The reform of urban water services, and the related reorganisation of environmental conservation, has been influenced by novel approaches focused on flexibility, adaptability and partnership that are commonly described as the agenda of water governance. This new agenda, widely accepted worldwide in the last three decades, entails a convergence of de-regulation and re-regulation policies, including incentives for decentralisation and market-based solutions. The chapter specifically examines the influence of urban water governance reforming public services and environmental conservation in Glasgow (UK) and in Lima (Peru). These two case studies, despite their idiosyncratic complexities, are highly emblematic of the controversies surrounding water governance. Glasgow is an intriguing example of a post-industrial European conurbation and Lima is a paradigmatic case of an emerging megacity at the intersection of post-colonial legacies and market globalisation. In both metropolitan areas, recent projects and policy adjustments reveal the achievements, but also the shortcomings of water governance. One main problem is that public participation has been appropriated by the same agencies that in the past promoted highly centralised, disjointed and politically asymmetric administration. Furthermore, positive results from increased investments and rationalisation of water services have been undermined by the discriminatory and short-term basis of the discourse and practice of urban water governance.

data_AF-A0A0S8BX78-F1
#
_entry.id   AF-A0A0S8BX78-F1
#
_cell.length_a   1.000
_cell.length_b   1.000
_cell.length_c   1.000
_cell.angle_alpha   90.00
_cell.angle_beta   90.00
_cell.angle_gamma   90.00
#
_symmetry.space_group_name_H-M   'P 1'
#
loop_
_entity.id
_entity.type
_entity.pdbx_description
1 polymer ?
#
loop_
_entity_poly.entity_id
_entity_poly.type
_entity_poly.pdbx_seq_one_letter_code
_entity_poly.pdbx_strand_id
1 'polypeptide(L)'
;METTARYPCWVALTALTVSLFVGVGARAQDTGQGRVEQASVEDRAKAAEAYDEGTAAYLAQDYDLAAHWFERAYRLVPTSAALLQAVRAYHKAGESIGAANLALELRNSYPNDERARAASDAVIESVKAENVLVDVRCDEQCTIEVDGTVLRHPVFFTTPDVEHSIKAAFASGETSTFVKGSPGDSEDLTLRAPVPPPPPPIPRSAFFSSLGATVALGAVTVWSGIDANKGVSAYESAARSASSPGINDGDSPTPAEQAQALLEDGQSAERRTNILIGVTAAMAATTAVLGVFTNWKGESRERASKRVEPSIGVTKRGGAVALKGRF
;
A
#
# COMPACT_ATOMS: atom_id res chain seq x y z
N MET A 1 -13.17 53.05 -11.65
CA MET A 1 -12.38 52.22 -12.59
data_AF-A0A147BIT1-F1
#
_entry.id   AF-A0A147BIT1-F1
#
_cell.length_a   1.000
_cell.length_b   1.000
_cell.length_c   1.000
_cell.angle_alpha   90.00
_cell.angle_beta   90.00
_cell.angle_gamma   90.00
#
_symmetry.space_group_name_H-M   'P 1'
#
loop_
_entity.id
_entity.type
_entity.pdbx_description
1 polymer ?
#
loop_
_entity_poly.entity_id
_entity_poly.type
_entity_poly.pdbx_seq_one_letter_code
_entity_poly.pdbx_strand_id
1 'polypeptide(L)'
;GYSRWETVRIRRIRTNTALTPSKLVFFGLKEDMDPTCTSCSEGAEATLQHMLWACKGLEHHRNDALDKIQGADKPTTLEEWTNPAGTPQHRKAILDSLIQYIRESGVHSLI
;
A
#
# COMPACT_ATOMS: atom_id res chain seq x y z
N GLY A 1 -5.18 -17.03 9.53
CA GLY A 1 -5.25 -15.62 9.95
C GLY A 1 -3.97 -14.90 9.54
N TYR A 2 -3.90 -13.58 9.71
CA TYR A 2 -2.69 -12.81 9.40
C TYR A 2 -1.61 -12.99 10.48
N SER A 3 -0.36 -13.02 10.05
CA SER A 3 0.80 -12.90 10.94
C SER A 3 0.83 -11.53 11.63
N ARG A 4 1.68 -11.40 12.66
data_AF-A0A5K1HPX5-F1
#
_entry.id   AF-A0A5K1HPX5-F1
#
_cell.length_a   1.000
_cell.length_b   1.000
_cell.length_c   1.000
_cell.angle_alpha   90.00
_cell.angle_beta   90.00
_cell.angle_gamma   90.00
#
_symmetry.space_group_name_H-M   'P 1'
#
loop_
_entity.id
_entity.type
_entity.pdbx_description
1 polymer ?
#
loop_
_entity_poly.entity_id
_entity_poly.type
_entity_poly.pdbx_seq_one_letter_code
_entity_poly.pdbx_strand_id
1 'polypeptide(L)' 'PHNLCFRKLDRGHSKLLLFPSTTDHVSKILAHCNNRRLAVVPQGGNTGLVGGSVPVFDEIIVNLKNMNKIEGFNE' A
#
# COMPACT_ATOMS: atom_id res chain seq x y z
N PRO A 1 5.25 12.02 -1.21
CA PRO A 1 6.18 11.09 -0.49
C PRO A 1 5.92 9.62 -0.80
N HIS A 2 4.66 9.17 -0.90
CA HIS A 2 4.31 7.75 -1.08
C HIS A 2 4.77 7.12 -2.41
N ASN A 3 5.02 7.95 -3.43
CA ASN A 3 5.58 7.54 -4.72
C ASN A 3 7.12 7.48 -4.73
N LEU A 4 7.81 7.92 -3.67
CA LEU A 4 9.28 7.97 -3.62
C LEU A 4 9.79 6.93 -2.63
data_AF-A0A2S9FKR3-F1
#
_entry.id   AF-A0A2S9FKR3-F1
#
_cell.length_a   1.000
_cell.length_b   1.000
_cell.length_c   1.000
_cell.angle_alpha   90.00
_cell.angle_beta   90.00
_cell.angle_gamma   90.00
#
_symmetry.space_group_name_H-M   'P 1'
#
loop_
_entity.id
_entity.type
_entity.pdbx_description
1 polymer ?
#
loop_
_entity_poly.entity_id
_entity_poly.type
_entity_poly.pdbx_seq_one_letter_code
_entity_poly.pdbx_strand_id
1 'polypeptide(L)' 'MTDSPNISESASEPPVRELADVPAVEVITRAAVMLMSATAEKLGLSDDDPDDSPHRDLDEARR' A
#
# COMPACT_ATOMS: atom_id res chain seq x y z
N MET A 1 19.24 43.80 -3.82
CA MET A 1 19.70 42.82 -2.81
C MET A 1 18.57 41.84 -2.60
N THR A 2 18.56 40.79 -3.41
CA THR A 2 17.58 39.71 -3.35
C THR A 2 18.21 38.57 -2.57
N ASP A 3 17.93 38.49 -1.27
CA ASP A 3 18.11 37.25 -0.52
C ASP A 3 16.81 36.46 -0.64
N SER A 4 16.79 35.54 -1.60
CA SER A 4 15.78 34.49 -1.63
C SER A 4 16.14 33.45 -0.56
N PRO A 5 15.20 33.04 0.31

|Title of host publication||Urban Water Trajectories|
|Publisher||Springer International Publishing|
|Publication status||Published - 23 Oct 2016|